EMPOWER: Women’s Representation is still too low
20 May 2013
The 13th General Election was decided by 85% of 13.3 million voters; over 52% of the voters were women. Both parties courted women for their votes and nominated more women candidates. While the percentage increase of women candidates seems impressive, less than ten percent of the candidates for parliament or state assemblies were women. The portion of legislators who are women continues to be low; ten percent of MPs and 11% of state assembly members are women. That being said most incumbent female legislators who contested were elected.
In GE13, 570 candidates ran for 222 parliament seats. Ten percent of the candidates were women. As compared to GE12 the number of women contesting increased by 17%, 56 women in 2013 and 48 in 2008. Seven independents ran in GE13 and two in GE12. Thus, the political parties increased their nominations of women candidates by only seven percent.
Despite the increase in women standing for parliament, in both GE12 and GE13 only 23 were elected. The successful women parliamentarians are from the Democratic Action Party (DAP), Pan-Malaysian Islamic Party (PAS), People’s Justice Party (PKR), United Malays National Organisation (UMNO), United Traditional Bumiputera Party (PBB) and Sabah United Party (PBS).Barisan Nasional contributed 14 women, which UMNO contributed 57 %, PBB contributed 29%, PBS contributed 14%. Pakatan Rakat contributed 9, DAP contributed 45%, PAS 22% and PKR contributed 33%. All DAP women contesting for MP won.
At the state level, 1322 candidates ran for 505 state assembly seats in all the states other than Sarawak. Nine percent of the candidates were women. As compared to GE12 the number of women contesting increased by 31%, 113 women in 2013 and 81 in 2008. 57 out of 113 women contesting were elected. Only one woman contested in Terengganu; she lost. The other state assemblies have at least two women members. 26 women were elected from Barisan Nasional and its friendly parties, 25 from UMNO and 1 from PBS. Pakatan Rakyat contributed 31 women assembly persons, 17 from DAP, 6 from PAS and 8 from PKR. 52% women candidates of Barisan Nasional were elected, 94% women candidates of DAP, 33% women candidates of PAS and 42% of women candidates of PKR.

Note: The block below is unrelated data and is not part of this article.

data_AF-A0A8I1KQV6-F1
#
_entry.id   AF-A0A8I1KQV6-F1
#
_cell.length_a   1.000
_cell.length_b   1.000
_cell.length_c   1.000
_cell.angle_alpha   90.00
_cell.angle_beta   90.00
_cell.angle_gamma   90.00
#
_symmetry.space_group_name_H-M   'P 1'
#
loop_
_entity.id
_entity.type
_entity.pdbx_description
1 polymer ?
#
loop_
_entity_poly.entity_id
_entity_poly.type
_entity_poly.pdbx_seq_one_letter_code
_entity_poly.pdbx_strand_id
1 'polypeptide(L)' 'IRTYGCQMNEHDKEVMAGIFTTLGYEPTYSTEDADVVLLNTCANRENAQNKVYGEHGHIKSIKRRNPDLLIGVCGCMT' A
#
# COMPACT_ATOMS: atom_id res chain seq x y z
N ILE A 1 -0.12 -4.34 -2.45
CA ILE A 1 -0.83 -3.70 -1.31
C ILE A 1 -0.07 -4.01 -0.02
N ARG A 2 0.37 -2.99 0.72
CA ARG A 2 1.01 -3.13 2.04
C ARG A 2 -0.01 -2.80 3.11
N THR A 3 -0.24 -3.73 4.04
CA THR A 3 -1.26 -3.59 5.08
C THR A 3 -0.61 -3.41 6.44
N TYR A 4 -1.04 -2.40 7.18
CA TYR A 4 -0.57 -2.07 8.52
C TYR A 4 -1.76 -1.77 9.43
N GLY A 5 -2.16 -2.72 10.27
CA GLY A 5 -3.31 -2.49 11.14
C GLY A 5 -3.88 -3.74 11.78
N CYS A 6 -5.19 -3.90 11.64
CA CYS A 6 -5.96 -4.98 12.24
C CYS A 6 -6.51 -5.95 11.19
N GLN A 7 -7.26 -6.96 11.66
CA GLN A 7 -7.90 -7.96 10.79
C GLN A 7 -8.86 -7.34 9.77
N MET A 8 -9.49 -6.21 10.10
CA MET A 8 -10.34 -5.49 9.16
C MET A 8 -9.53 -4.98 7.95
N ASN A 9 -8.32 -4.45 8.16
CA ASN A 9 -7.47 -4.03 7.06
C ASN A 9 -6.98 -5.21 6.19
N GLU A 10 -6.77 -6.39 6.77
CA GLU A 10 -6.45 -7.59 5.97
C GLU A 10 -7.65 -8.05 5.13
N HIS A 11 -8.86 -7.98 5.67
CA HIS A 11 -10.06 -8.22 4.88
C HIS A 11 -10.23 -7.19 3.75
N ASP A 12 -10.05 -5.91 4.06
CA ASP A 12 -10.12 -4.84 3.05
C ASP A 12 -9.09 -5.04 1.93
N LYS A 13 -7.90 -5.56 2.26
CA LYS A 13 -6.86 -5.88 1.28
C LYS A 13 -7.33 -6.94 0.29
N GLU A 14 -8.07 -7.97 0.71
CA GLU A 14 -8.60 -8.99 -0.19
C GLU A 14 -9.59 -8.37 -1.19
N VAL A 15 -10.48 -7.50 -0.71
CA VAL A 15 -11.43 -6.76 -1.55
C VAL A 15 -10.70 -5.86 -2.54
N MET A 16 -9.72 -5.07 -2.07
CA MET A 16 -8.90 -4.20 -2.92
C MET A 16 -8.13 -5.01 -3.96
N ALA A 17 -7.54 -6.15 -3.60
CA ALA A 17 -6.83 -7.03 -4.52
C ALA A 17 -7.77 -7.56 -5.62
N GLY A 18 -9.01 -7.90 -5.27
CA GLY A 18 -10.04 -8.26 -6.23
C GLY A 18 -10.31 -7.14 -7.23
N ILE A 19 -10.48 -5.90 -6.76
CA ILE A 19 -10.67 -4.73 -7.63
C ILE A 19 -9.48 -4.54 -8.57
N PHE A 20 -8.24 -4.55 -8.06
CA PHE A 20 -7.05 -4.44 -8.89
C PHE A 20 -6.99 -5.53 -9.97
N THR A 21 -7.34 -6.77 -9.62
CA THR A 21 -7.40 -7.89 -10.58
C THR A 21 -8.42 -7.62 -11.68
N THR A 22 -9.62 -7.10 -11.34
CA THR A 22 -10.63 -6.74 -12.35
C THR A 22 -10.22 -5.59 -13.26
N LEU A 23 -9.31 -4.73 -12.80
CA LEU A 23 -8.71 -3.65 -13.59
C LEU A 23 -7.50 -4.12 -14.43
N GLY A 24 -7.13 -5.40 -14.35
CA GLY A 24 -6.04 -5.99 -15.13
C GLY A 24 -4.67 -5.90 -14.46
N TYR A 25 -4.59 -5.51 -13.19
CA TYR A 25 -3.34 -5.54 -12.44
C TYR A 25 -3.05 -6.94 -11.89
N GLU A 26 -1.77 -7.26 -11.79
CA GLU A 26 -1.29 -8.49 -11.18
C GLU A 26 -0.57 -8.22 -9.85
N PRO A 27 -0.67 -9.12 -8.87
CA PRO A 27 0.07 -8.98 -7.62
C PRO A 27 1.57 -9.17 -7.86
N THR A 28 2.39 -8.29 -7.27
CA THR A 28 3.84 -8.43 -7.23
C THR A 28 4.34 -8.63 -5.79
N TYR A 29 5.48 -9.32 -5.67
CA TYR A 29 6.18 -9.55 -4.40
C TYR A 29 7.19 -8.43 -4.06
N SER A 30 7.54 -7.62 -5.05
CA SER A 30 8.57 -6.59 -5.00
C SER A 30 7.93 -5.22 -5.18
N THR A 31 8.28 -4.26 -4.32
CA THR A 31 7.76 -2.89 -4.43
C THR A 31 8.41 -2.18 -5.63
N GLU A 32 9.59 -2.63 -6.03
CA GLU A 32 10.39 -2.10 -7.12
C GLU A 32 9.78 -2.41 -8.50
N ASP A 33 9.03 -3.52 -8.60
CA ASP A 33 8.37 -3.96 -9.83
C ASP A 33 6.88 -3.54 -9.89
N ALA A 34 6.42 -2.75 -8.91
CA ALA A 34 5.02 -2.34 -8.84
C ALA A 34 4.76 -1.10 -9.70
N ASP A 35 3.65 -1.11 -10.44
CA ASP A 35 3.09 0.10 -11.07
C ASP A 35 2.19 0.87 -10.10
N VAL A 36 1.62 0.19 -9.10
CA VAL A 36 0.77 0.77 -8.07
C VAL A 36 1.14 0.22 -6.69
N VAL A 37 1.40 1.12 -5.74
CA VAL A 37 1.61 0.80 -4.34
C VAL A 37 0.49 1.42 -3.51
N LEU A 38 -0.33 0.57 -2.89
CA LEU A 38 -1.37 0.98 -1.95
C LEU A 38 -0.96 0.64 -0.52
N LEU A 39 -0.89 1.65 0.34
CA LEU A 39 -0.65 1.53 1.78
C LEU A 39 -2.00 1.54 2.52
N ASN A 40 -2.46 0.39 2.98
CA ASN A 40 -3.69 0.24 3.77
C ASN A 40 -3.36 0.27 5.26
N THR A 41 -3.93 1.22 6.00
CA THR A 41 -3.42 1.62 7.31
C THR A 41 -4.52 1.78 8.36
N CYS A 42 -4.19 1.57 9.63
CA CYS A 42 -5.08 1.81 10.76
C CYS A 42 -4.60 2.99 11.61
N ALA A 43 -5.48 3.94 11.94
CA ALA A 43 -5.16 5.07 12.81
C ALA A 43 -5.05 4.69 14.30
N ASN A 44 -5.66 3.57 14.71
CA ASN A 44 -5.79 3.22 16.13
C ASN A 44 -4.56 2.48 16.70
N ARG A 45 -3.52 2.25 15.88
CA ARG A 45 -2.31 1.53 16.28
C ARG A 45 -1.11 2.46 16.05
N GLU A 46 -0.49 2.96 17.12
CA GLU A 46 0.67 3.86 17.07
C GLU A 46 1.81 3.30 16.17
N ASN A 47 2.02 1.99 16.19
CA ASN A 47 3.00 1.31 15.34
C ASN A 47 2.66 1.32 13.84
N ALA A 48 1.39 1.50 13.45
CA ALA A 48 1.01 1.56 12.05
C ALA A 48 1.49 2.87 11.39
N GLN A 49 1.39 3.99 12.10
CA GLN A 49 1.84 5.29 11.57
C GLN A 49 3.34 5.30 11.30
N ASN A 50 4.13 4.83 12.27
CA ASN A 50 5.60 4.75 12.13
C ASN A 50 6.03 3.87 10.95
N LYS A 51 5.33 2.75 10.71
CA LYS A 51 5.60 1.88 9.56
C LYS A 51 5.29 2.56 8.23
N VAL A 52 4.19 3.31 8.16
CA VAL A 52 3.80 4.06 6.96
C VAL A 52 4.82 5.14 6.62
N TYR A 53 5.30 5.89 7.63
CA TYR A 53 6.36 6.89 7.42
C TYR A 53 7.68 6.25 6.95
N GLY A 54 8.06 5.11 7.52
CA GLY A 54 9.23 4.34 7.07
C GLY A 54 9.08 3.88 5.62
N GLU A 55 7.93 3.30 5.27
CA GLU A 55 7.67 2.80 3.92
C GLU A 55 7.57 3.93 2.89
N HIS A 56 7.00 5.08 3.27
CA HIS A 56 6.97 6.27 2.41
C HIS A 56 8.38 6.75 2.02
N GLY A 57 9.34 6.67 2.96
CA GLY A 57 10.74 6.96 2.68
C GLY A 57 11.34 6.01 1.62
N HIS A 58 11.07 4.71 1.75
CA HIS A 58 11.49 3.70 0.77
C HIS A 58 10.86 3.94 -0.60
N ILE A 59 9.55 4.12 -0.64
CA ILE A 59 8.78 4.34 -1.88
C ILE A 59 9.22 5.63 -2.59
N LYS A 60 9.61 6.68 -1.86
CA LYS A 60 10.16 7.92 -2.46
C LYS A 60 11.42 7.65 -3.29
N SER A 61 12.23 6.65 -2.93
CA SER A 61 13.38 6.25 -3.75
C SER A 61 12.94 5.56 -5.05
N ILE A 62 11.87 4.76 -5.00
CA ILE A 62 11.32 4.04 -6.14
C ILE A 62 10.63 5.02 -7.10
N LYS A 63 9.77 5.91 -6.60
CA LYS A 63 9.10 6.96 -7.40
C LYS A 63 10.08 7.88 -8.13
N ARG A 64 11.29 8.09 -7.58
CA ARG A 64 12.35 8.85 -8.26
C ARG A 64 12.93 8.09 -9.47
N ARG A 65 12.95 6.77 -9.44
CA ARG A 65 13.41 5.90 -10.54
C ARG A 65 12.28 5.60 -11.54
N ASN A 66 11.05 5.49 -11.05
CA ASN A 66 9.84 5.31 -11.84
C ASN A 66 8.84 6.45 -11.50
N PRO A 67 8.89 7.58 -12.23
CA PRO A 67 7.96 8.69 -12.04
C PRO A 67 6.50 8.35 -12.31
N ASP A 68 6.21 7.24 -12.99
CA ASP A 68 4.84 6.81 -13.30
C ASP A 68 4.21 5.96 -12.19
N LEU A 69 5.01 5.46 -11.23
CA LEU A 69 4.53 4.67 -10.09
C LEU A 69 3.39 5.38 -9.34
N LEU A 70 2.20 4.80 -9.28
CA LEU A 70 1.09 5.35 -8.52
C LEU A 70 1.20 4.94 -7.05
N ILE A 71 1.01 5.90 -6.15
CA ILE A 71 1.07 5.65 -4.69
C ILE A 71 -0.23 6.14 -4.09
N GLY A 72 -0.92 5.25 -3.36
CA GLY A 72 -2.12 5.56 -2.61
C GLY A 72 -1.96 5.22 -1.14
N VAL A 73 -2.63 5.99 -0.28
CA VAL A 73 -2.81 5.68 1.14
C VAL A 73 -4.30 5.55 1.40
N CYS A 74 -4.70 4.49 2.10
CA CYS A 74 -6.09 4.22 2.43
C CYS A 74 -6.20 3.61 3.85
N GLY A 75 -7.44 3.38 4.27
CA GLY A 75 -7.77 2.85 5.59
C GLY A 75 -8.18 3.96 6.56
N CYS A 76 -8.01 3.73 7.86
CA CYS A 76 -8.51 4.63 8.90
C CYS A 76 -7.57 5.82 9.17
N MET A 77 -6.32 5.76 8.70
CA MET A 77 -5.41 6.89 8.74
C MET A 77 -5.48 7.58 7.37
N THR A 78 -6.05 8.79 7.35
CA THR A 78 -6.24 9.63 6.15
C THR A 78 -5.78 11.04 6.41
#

At parliament level 18 incumbents contested and 16 (89%) were re-elected This seems to indicate that these incumbents had performed well as representatives and have gained the respect and trust from their constituencies. Teresa Kok, MP for Seputih, is a good example of a successful candidate. She won the election with a majority of 51552 votes, out of a total of 86114 votes.
What are the factors that make a winnable candidate? How does a party ensure that its women candidates have a good chance at winning? Apart from being nominated, support from the political parties is just as important. Candidates, regardless of gender, are generally expected to have had experience on the ground working with the constituents of their expected seat. Women candidates should be provided with the resources, skills training, and mentoring to raise the various issues affecting their constituencies. They need the party’s resources, infrastructure and machinery to provide services and to meet the needs of their electorate.
Having had this experience, the candidates should also then be fielded by their respective party in places where they have been working with people on the ground. Unfortunately, internal horse-trading and negotiations within political parties on seat allocations mean that women often lose out. Four women trained by Persatuan Kesedaran Komuniti Selangor (EMPOWER) in its Women’s Political Participation programme were put up as candidates at parliamentary level. Two more were nominated for state-level seats. One women was not nominated because of seat negotiation. At the very last minute two of the trained women were shifted to new constituencies where they had never worked before and did not know the respective electorate. These two women subsequently turned down the nomination offer.
This “parachuting” of candidates to constituencies unfamiliar to them should be avoided as candidates need time to work on the ground to understand local issues in order to be able to represent the local population and their needs. It also tends to adversely affects a candidate’s chances of winning. A longer campaign period of at least 21 days could negate this to a certain extent as it would give more time for the electorate to know the candidates.
EMPOWER congratulates and welcomes all the new Parliamentarians and would like to work with all parties in order to push for a gender agenda for a better future. Regardless of winning or losing the election we welcome ALL women candidates to share their experiences in order to learn and to move forward to having more women’s representation.